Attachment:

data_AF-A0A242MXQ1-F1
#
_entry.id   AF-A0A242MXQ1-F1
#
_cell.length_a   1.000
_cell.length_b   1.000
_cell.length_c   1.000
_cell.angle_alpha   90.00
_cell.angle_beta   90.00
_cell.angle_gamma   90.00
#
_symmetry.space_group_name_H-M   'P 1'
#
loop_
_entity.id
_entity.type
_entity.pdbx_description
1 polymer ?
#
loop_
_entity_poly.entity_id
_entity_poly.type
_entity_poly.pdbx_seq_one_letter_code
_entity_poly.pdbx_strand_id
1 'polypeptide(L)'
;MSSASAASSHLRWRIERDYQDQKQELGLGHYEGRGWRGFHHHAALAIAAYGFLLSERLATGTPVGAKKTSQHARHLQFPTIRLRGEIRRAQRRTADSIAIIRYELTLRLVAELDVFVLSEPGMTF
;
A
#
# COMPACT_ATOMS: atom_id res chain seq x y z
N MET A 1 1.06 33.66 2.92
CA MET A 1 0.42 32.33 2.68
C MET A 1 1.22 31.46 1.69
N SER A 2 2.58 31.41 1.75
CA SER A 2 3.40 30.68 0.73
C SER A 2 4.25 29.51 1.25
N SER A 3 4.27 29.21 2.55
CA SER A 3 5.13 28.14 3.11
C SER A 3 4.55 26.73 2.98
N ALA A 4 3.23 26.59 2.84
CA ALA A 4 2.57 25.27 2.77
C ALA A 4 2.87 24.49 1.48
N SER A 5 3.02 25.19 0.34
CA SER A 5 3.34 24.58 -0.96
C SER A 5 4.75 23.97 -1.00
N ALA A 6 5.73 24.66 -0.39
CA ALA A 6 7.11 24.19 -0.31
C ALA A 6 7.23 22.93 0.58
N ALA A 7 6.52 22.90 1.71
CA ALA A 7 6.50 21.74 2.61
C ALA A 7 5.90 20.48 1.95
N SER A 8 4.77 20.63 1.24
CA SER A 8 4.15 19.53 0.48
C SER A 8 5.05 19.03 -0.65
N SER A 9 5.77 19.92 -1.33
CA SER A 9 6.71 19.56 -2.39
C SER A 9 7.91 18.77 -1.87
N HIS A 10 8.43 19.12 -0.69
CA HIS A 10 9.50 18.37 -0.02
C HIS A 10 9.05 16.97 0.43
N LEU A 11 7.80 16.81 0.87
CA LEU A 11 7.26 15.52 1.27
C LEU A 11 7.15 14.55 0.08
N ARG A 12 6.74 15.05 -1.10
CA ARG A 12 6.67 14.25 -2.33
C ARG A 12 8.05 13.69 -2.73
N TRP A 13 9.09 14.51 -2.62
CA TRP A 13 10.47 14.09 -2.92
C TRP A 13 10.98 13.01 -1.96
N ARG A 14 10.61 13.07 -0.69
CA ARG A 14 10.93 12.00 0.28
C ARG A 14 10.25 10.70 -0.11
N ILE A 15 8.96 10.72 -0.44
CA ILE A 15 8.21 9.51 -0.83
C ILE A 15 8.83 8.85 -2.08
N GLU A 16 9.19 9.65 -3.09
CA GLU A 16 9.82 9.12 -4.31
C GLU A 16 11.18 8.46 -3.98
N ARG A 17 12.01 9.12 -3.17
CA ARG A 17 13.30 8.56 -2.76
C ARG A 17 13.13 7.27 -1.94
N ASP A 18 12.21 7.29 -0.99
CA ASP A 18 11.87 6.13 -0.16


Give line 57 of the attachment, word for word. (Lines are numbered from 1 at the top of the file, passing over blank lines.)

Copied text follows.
C SER A 9 7.91 18.77 -1.87